Back in the 1980’s my family lived in Columbia, SC, where I served on the ministry staff of Shandon Baptist Church. Our family lived next to a couple in their mid-70’s. His name was Charlie. One spring day while Charlie was mowing his grass, a rake-like attachment on the front of his lawnmower caught my attention. Out of curiosity I walked over and asked him about the attachment. He explained that it was a device designed to dethatch his centipede lawn.
At that moment Charlie said those magic words any neighbor likes to hear: “Would you like to borrow it sometime?” Quickly I said yes and arranged for a time to borrow it. When the time came for me to use his mower and attachment, excitedly I pushed his mower into my yard, filled it with gas, and cranked it. When I started to push the mower, it was all I could do to get it to budge. Charlie in his mid-70’s had pushed it with ease, and here I was in my upper-30’s yet I could hardly get it to move an inch. I strained and strained, all the while hoping none of my neighbors, especially Charlie, were watching me. For the life of me I couldn’t figure out why I couldn’t get the mower to push with ease. And then I noticed a lever that I had never seen on a mower before. Out of curiosity—and desperation—I pulled back on the lever. Immediately the mower lurched forward. The mystery was solved. My problem wasn’t a lack of strength. It was a lack of brains. I had been trying to push a self-propelled mower.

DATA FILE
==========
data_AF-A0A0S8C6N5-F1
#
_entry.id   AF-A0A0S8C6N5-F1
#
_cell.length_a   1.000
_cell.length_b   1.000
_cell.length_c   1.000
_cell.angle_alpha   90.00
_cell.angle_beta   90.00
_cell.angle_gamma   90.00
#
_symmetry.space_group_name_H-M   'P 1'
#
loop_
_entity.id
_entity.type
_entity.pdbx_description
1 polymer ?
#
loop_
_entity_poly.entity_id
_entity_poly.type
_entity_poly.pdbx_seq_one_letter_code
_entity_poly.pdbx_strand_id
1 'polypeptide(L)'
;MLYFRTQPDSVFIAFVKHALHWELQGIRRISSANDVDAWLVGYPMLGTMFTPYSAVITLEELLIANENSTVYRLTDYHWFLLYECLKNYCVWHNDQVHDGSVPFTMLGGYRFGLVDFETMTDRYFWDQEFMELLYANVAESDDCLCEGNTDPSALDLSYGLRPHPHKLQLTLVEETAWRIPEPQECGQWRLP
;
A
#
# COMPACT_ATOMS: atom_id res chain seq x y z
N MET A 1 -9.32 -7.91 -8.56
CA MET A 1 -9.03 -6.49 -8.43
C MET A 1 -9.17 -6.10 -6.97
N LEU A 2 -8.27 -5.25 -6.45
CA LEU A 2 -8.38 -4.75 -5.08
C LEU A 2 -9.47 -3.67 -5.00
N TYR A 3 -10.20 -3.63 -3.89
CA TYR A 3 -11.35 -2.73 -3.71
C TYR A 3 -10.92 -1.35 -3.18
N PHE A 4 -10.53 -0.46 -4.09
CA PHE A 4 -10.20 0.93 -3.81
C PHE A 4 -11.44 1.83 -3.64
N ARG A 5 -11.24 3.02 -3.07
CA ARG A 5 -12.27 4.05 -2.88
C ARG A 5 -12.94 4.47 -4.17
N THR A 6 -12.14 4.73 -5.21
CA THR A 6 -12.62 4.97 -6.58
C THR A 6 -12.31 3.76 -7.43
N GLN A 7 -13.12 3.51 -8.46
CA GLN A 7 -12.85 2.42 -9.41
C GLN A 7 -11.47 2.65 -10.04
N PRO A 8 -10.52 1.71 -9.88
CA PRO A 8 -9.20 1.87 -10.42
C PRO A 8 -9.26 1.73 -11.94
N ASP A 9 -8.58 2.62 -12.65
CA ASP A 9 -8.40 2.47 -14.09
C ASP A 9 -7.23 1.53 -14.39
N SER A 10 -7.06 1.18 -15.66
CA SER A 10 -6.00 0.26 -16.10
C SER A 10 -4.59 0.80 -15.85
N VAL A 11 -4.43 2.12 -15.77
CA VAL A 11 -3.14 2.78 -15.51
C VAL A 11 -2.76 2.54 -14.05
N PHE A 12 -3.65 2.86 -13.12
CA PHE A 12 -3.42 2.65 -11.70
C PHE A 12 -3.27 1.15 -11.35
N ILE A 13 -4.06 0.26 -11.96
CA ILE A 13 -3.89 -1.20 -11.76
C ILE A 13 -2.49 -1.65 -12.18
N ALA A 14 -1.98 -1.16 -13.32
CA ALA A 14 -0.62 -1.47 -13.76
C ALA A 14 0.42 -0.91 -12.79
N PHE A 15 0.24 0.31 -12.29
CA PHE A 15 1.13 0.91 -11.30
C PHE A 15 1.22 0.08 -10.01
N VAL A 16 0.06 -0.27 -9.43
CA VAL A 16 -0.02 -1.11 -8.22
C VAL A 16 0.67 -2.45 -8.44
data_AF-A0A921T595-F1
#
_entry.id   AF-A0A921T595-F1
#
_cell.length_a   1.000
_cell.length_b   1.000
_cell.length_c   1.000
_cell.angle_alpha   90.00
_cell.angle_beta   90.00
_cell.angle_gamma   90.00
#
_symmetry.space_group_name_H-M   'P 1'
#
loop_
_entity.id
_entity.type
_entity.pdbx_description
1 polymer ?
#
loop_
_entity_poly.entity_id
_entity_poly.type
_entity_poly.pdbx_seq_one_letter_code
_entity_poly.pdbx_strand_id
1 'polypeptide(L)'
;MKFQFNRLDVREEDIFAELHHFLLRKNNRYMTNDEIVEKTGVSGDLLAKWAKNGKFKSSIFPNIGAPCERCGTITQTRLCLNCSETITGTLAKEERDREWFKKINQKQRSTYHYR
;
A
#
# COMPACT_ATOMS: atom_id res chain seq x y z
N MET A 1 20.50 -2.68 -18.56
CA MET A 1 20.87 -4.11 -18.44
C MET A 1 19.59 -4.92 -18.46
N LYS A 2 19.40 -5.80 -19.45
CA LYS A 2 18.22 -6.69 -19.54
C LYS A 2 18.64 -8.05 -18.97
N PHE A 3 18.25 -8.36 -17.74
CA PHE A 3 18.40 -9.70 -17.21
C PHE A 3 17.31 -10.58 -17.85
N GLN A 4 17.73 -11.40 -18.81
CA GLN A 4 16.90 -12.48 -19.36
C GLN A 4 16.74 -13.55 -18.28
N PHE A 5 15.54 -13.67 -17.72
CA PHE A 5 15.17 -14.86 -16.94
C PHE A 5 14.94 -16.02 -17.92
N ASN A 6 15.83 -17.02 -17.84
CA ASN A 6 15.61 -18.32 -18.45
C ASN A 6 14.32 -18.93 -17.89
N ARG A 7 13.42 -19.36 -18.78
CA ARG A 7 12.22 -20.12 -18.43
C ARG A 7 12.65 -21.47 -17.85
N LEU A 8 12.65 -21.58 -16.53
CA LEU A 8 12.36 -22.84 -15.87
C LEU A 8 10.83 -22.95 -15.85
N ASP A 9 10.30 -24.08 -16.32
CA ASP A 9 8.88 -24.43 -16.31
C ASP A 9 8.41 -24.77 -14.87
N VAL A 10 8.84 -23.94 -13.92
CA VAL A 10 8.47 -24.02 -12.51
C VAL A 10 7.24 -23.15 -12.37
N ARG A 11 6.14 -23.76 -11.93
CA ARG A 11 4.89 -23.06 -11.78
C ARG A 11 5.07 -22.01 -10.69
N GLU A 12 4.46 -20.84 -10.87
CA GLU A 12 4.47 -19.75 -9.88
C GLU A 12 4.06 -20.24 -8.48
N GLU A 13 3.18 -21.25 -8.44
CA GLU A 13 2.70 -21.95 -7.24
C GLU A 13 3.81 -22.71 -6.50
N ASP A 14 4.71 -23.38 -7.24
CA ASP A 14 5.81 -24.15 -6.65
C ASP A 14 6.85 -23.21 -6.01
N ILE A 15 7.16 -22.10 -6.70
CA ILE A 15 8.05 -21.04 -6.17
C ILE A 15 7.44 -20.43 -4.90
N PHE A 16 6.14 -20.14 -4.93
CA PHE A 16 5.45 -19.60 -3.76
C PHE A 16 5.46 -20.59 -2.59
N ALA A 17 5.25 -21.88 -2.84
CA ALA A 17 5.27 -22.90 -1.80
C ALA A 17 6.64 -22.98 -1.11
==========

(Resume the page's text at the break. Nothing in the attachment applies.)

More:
Power, the ability to produce results and/or to affect change, is a great thing…when used. Especially on self-propelled lawnmowers. Call it the power of power.
From where does power come?
The Power of Position—that ability to affect change and produce results because of one’s position in a chain of command coupled with the authority which comes with it. Call it the power of “because I said so.” While in and of itself this kind of power is not bad, it is, however, the kind of power that can be so easily abused—the kind of which is said, “Power corrupts, and absolute power corrupts absolutely.” A person with this kind of power, if not careful, can leave a trail of human carcasses in his/her wake.
The Power of Persuasion—that ability to produce results and affect change, not because others are made to do so, but because something in another person influences them to want to do so. The power of persuasion grows in the soil of inspiration fertilized by vision, purpose, and mission, and in confidence, courage, and backbone, and in character, credibility, accomplishment, and experience. But most of all, the power of persuasion grows in soil fertilized by compassion and sacrificial love.
Each of us has spheres in which we have opportunity to utilize our powers of position and persuasion. Those spheres include family, work, church, and community. Power can be used to build up or tear down, to dominate and manipulate, or to encourage and support. Adolph Hitler and Dwight Eisenhower both had power, but each used his to much different ends.
There is no better role model for balanced, proper, and effective use of the powers of position and persuasion than Jesus Christ. No scripture better describes that balance than Philippians 2:5-8, which says of Him, “Have this attitude in yourselves which was also in Christ Jesus, who, although He existed in the form of God, did not regard equality with God a thing to be grasped, but emptied Himself, taking the form of a bond-servant, and being made in the likeness of men, and being found in appearance as a man, He humbled Himself by becoming obedient to the point of death, even death on a cross.” (NASB) As Lord and Creator of the universe, Jesus has the power of position. As Savior He has the power of persuasion. He uses both; He abuses neither.
Use the power of your powers, but don’t abuse the power of your powers.